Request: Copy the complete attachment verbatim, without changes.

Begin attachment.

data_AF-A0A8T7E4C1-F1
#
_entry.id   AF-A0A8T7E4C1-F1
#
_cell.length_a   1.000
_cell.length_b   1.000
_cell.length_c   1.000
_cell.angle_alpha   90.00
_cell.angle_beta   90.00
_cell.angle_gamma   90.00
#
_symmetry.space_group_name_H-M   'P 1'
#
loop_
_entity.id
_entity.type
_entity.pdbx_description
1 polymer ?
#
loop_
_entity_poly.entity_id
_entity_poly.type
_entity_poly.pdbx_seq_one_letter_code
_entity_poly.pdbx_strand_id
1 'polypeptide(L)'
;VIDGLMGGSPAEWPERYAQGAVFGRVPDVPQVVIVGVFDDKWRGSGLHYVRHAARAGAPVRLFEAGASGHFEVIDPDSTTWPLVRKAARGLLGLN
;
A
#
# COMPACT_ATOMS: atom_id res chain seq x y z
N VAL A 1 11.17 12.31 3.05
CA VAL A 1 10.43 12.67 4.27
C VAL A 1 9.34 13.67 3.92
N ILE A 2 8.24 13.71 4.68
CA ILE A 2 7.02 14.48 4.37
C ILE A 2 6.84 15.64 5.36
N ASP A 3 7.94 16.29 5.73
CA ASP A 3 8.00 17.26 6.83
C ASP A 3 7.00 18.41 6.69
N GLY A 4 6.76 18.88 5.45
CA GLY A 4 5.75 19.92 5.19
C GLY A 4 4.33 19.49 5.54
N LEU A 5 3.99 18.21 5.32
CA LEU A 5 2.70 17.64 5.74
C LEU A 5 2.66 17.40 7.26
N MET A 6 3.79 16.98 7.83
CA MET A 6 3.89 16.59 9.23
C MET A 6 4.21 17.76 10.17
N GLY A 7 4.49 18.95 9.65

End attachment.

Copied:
data_AF-A0A8T7E4C1-F1
#
_entry.id   AF-A0A8T7E4C1-F1
#
_cell.length_a   1.000
_cell.length_b   1.000
_cell.length_c   1.000
_cell.angle_alpha   90.00
_cell.angle_beta   90.00
_cell.angle_gamma   90.00
#
_symmetry.space_group_name_H-M   'P 1'
#
loop_
_entity.id
_entity.type
_entity.pdbx_description
1 polymer ?
#
loop_
_entity_poly.entity_id
_entity_poly.type
_entity_poly.pdbx_seq_one_letter_code
_entity_poly.pdbx_strand_id
1 'polypeptide(L)'
;VIDGLMGGSPAEWPERYAQGAVFGRVPDVPQVVIVGVFDDKWRGSGLHYVRHAARAGAPVRLFEAGASGHFEVIDPDSTTWPLVRKAARGLLGLN
;
A
#
# COMPACT_ATOMS: atom_id res chain seq x y z
N VAL A 1 11.17 12.31 3.05
CA VAL A 1 10.43 12.67 4.27
C VAL A 1 9.34 13.67 3.92
N ILE A 2 8.24 13.71 4.68
CA ILE A 2 7.02 14.48 4.37
C ILE A 2 6.84 15.64 5.36
N ASP A 3 7.94 16.29 5.73
CA ASP A 3 8.00 17.26 6.83
C ASP A 3 7.00 18.41 6.69
N GLY A 4 6.76 18.88 5.45
CA GLY A 4 5.75 19.92 5.19
C GLY A 4 4.33 19.49 5.54
N LEU A 5 3.99 18.21 5.32
CA LEU A 5 2.70 17.64 5.74
C LEU A 5 2.66 17.40 7.26
N MET A 6 3.79 16.98 7.83
CA MET A 6 3.89 16.59 9.23
C MET A 6 4.21 17.76 10.17
N GLY A 7 4.49 18.95 9.65